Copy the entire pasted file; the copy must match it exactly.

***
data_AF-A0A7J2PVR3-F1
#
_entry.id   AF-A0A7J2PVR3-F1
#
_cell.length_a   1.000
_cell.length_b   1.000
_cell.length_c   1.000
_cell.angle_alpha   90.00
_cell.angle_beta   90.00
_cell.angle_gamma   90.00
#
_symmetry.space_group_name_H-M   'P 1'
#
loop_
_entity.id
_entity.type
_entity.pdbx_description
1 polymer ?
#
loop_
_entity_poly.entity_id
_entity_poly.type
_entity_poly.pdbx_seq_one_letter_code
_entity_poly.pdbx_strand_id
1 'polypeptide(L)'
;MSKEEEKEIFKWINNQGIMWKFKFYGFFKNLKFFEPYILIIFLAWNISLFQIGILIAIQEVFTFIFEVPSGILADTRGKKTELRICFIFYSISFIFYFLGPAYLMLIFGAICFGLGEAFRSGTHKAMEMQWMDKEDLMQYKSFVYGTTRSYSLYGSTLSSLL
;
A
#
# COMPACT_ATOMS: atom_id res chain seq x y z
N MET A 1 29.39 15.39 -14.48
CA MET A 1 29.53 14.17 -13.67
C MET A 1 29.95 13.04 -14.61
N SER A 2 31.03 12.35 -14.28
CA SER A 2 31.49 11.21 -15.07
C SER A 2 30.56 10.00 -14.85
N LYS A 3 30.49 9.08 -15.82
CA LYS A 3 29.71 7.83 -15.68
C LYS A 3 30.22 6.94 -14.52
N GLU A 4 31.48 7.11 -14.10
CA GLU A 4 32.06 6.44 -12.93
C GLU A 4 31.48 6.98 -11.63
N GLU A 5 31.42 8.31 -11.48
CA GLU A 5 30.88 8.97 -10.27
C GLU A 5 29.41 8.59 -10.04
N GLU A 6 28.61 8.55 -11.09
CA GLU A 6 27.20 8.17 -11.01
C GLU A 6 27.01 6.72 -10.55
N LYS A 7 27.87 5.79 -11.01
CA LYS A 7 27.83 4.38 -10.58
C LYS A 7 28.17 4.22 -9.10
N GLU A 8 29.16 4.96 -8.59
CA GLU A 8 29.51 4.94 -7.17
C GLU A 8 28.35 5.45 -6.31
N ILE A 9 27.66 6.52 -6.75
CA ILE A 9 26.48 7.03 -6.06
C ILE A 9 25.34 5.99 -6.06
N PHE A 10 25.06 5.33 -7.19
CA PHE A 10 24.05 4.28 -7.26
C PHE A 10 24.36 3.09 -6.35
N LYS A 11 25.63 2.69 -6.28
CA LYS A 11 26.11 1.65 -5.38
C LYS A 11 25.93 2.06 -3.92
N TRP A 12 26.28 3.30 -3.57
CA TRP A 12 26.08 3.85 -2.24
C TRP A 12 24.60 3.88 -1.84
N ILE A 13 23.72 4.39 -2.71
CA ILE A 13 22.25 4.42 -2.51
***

data_AF-A0A7J2PVR3-F1
#
_entry.id   AF-A0A7J2PVR3-F1
#
_cell.length_a   1.000
_cell.length_b   1.000
_cell.length_c   1.000
_cell.angle_alpha   90.00
_cell.angle_beta   90.00
_cell.angle_gamma   90.00
#
_symmetry.space_group_name_H-M   'P 1'
#
loop_
_entity.id
_entity.type
_entity.pdbx_description
1 polymer ?
#
loop_
_entity_poly.entity_id
_entity_poly.type
_entity_poly.pdbx_seq_one_letter_code
_entity_poly.pdbx_strand_id
1 'polypeptide(L)'
;MSKEEEKEIFKWINNQGIMWKFKFYGFFKNLKFFEPYILIIFLAWNISLFQIGILIAIQEVFTFIFEVPSGILADTRGKKTELRICFIFYSISFIFYFLGPAYLMLIFGAICFGLGEAFRSGTHKAMEMQWMDKEDLMQYKSFVYGTTRSYSLYGSTLSSLL
;
A
#
# COMPACT_ATOMS: atom_id res chain seq x y z
N MET A 1 29.39 15.39 -14.48
CA MET A 1 29.53 14.17 -13.67
C MET A 1 29.95 13.04 -14.61
N SER A 2 31.03 12.35 -14.28
CA SER A 2 31.49 11.21 -15.07
C SER A 2 30.56 10.00 -14.85
N LYS A 3 30.49 9.08 -15.82
CA LYS A 3 29.71 7.83 -15.68
C LYS A 3 30.22 6.94 -14.52
N GLU A 4 31.48 7.11 -14.10
CA GLU A 4 32.06 6.44 -12.93
C GLU A 4 31.48 6.98 -11.63
N GLU A 5 31.42 8.31 -11.48
CA GLU A 5 30.88 8.97 -10.27
C GLU A 5 29.41 8.59 -10.04
N GLU A 6 28.61 8.55 -11.09
CA GLU A 6 27.20 8.17 -11.01
C GLU A 6 27.01 6.72 -10.55
N LYS A 7 27.87 5.79 -11.01
CA LYS A 7 27.83 4.38 -10.58
C LYS A 7 28.17 4.22 -9.10
N GLU A 8 29.16 4.96 -8.59
CA GLU A 8 29.51 4.94 -7.17
C GLU A 8 28.35 5.45 -6.31
N ILE A 9 27.66 6.52 -6.75
CA ILE A 9 26.48 7.03 -6.06
C ILE A 9 25.34 5.99 -6.06
N PHE A 10 25.06 5.33 -7.19
CA PHE A 10 24.05 4.28 -7.26
C PHE A 10 24.36 3.09 -6.35
N LYS A 11 25.63 2.69 -6.28
CA LYS A 11 26.11 1.65 -5.38
C LYS A 11 25.93 2.06 -3.92
N TRP A 12 26.28 3.30 -3.57
CA TRP A 12 26.08 3.85 -2.24
C TRP A 12 24.60 3.88 -1.84
N ILE A 13 23.72 4.39 -2.71
CA ILE A 13 22.25 4.42 -2.51